The Orthostatic test is a generally used tool for monitoring the balance between training and recovery. It allows you to track how your body responds to training. In addition to training induced changes, there are many other factors that can affect your Orthostatic test results, such as mental stress, sleep, latent illness and environmental changes (temperature, altitude) to mention a few.
The test is based on measuring heart rate and heart rate variability. Changes in heart rate and heart rate variability reflect changes in the autonomic regulation of the heart.
Performing the test
For the Orthostatic test, you need to use a Polar H9/H10 heart rate sensor (an H6 or H7 heart rate sensor can also be used if you have one). The test lasts for four minutes, and to make sure that your results are as reliable as possible, you need to perform the test in similar conditions every time – we recommend that you take the test in the morning before breakfast. Do the test regularly to establish your individual baseline. Sudden deviations from your averages could signify that something is off-balance. See the instructions below:
- Wear the heart rate sensor with the strap. Moisten the electrode area of the strap and wear the strap snugly around your chest.
- You should be relaxed and calm.
- There should be no disturbing noises (for example, television, radio or telephone) or other people talking to you.
- It is recommended to perform the test regularly and at the same time of day in the morning after waking up to get comparable test results.
On your watch, choose Tests > Orthostatic test > Start the test with HR sensor. The watch starts searching for your heart rate. When your heart rate is found Lie down & relax is shown on the display.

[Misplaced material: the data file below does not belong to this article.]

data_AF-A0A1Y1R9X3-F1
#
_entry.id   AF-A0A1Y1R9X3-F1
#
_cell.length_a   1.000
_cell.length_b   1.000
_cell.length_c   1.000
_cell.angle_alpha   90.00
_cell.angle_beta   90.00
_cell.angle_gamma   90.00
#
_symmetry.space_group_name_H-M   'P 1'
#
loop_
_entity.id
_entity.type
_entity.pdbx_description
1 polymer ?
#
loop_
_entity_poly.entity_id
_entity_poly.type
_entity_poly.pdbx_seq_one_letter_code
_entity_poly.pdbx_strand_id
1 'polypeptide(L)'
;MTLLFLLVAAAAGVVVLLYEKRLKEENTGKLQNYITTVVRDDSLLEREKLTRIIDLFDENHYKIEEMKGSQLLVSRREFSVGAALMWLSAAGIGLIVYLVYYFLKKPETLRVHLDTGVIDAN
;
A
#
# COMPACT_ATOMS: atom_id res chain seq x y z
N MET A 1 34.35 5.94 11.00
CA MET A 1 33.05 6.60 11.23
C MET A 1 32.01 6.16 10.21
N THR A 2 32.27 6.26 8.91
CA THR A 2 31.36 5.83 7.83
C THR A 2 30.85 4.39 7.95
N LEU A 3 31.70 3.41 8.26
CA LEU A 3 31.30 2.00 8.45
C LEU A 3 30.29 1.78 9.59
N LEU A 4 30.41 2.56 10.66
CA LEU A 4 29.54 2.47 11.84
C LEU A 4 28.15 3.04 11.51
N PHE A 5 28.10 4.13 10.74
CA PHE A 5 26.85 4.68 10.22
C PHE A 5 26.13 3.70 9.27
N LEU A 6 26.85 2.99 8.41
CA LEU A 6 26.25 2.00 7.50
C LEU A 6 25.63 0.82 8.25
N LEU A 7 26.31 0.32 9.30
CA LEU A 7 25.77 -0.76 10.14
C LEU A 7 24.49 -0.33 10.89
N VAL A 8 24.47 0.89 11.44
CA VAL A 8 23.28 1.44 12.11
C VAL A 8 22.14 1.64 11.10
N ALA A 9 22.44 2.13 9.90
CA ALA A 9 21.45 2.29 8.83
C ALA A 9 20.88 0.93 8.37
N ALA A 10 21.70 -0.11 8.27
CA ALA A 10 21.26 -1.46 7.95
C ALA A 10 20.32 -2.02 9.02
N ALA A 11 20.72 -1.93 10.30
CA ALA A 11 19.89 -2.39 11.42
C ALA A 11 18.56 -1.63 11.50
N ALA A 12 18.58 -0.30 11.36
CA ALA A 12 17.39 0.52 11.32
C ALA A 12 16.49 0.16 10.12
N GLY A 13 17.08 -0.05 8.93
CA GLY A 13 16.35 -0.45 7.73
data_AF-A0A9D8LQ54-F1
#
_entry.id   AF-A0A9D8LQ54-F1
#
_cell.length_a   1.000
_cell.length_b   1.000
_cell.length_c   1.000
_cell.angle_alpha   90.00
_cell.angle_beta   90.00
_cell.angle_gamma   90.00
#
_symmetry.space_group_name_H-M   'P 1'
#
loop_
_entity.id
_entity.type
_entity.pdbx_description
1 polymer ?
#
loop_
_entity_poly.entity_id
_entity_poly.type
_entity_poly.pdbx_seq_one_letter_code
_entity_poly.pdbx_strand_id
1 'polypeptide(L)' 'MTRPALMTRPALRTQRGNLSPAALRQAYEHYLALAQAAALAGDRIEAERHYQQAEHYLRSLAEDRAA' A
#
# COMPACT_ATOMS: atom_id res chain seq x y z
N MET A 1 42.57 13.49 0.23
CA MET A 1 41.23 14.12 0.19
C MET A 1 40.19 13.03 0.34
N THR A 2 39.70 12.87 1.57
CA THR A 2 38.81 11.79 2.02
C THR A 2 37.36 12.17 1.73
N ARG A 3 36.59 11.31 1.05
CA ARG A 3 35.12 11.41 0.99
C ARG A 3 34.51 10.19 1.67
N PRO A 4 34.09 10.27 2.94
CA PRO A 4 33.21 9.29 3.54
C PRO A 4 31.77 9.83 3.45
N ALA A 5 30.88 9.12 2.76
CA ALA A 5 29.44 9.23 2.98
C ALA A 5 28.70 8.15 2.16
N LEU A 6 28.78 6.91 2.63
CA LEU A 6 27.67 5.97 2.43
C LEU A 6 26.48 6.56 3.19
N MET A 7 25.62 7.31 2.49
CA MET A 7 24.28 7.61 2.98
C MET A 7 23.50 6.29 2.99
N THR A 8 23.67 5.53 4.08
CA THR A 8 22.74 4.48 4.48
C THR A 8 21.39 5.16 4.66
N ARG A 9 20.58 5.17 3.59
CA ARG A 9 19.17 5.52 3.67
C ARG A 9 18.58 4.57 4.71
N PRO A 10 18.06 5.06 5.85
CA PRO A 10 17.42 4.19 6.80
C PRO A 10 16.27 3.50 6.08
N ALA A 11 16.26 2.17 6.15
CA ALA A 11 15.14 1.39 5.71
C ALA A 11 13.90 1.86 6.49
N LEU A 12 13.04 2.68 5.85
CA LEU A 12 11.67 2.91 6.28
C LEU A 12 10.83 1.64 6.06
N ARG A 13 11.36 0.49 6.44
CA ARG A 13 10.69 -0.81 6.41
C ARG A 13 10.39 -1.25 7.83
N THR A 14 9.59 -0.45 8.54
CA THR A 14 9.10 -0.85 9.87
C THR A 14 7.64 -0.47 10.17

- You can be seated in a relaxed position or lying in bed. The position should always be the same when you do the test.
- Do not move during this first part of the test, which lasts for two minutes.
- After two minutes, the watch will beep and Stand up is displayed. Stand up and remain standing for another two minutes until the watch will beeps again, and the test is finished.
You can interrupt the test in any phase by pressing BACK. Test canceled is then displayed.
If your watch cannot receive your heart rate signal, Test failed is displayed. In which case, you should check that the heart rate sensor electrodes are wet, and that the textile strap fits snugly.
The test gives you five different heart rate and heart rate variability values. These are:
- HR rest: Average heart rate when lying down
- HRV rest (RMSSD rest): Heart rate variability when lying down
- HR peak: This is the one highest heartbeat that occurs after you stand up.
- HR stand: Average heart rate when standing still.
- HRV stand (RMSSD stand): Heart rate variability when standing still
View your latest test result on your watch in Tests > Orthostatic test > Latest results. Only your most recent result is shown, and only your first successful test for the day is taken into account as a part of Recovery Pro. The difference of your HR rest, HR peak and HR stand values to your averages are shown in parentheses next to your latest result.
For a visual analysis of your Orthostatic test results, go to the Flow web service and choose the test from your Diary to view details from it. You can also follow your test results in the long-term and spot any deviations from your baseline.
When you’ve performed at least two Orthostatic tests during 28-day period, you’ll get feedback on your cardio system’s recovery on your watch after the test.
After performing at least four tests in a 28-day period your latest Orthostatic test result is compared to your individual normal heart rate variability (RMMS) range. Your normal range is calculated from the standard deviation of the test results from the past 4 weeks. As heart rate variability values are very individual, the accuracy of the test result becomes more accurate the more measurements are done.
Orthostatic test with Recovery Pro
The Orthostatic test is also an integral part of the Recovery Pro feature that tells if your cardiovascular system is recovered or not. It compares your Orthostatic test results to your baseline gathered over time, and also takes into account your subjective recovery, as well as your long-term training history.